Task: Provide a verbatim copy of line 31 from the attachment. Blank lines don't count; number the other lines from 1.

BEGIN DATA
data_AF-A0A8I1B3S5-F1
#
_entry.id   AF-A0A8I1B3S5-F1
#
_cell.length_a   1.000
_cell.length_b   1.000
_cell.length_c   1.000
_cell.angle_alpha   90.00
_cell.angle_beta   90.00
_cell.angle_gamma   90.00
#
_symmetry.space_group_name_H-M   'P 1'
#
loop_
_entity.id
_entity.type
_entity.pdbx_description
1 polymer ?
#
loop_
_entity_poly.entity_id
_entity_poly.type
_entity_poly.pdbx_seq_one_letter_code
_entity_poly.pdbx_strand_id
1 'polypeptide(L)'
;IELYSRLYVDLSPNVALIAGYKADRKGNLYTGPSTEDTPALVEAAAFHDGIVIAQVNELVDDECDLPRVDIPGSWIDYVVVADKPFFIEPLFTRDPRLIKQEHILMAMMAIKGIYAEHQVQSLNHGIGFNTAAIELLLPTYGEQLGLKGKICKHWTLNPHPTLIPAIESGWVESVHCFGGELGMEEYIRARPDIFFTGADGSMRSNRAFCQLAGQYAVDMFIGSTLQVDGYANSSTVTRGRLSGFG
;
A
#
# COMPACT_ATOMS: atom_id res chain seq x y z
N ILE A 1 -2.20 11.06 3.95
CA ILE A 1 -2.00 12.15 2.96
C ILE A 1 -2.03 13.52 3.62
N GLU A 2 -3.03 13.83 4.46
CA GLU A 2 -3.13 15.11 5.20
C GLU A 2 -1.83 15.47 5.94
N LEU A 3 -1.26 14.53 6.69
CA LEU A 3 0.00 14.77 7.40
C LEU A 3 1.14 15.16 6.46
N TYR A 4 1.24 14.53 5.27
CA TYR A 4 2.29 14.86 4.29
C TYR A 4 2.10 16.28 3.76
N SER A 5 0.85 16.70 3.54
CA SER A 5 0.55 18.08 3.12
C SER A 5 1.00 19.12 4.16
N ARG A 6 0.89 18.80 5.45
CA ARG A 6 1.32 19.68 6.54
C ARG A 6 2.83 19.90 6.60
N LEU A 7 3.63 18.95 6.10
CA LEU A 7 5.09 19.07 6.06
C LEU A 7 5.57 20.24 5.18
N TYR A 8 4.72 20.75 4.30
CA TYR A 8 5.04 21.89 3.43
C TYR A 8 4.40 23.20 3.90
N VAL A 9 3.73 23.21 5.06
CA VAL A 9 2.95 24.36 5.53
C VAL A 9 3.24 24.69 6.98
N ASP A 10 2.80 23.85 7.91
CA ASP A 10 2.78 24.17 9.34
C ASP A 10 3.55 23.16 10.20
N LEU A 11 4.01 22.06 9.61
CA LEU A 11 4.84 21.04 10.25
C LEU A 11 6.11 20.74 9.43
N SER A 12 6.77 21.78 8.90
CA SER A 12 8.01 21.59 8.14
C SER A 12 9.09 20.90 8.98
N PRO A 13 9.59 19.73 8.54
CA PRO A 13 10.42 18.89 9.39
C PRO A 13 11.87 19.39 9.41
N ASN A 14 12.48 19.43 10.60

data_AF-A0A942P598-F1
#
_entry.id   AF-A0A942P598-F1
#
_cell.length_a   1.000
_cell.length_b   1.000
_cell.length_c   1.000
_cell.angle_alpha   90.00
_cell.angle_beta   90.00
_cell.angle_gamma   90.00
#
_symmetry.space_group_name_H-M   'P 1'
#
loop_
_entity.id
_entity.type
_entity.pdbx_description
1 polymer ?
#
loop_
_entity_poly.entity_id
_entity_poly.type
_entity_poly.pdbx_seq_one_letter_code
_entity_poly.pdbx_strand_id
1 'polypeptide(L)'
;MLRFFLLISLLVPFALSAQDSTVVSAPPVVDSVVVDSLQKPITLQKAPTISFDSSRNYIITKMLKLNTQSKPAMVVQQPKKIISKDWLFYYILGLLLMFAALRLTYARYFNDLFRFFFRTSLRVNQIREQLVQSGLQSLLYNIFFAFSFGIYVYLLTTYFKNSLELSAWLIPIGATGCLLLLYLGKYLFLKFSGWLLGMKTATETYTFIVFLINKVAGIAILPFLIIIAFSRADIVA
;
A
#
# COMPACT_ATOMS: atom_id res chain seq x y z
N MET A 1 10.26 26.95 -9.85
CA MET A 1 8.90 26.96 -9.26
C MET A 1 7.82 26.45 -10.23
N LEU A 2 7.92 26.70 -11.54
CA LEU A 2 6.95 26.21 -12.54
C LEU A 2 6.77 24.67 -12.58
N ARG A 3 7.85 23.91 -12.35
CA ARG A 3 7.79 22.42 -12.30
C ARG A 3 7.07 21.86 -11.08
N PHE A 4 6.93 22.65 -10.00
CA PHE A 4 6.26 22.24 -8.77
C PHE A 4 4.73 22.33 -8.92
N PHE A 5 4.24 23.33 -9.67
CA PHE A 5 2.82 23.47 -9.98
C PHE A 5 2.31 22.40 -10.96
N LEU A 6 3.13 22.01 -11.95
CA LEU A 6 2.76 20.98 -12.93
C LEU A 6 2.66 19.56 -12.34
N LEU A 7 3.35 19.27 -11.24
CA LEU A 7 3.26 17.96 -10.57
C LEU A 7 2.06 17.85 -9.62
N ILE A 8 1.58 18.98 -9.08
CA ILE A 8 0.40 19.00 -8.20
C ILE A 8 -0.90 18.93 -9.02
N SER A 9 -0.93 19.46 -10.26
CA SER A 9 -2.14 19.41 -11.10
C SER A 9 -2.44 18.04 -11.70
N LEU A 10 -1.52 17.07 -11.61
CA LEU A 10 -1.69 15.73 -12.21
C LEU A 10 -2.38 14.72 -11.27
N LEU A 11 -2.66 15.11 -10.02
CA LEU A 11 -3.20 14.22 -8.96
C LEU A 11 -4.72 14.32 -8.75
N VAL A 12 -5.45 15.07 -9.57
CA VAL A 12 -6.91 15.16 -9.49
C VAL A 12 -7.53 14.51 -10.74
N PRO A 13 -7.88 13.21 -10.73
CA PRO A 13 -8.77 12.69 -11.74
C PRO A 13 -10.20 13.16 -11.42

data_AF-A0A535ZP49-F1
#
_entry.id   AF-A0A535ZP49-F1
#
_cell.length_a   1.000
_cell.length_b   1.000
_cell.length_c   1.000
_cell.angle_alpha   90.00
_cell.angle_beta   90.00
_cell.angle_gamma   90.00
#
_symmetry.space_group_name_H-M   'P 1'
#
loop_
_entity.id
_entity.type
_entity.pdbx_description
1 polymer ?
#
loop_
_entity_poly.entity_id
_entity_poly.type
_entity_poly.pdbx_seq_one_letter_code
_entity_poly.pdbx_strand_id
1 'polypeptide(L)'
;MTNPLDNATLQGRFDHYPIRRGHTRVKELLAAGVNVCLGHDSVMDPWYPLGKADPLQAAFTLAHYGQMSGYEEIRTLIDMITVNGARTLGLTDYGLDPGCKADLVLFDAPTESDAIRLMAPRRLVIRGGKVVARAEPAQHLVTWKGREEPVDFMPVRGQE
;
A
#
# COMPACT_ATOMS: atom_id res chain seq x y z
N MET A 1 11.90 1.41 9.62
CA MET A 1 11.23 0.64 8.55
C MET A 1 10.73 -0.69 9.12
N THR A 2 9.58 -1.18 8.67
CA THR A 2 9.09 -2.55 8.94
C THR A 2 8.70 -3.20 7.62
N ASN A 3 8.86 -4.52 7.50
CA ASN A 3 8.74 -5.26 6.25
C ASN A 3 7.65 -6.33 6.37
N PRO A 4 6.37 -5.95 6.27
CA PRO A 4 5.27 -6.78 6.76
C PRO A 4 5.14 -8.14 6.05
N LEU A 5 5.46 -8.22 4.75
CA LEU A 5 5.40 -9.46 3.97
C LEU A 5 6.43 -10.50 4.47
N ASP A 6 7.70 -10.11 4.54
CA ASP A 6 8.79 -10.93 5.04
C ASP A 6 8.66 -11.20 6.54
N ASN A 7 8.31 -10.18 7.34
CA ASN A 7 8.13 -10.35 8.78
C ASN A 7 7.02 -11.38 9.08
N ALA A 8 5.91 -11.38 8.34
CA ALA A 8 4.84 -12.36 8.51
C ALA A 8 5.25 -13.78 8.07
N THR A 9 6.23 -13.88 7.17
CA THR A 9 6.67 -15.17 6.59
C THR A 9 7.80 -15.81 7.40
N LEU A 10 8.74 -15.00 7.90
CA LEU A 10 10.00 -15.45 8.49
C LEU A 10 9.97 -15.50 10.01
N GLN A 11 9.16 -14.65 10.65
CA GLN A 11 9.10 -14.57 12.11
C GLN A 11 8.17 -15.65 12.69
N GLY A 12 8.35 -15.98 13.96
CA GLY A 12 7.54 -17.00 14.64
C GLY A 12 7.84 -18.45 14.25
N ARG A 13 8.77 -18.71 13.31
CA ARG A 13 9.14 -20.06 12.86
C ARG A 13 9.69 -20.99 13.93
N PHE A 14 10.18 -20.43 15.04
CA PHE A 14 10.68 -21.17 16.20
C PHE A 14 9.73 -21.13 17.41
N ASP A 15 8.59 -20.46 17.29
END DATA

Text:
N ILE A 1 -2.20 11.06 3.95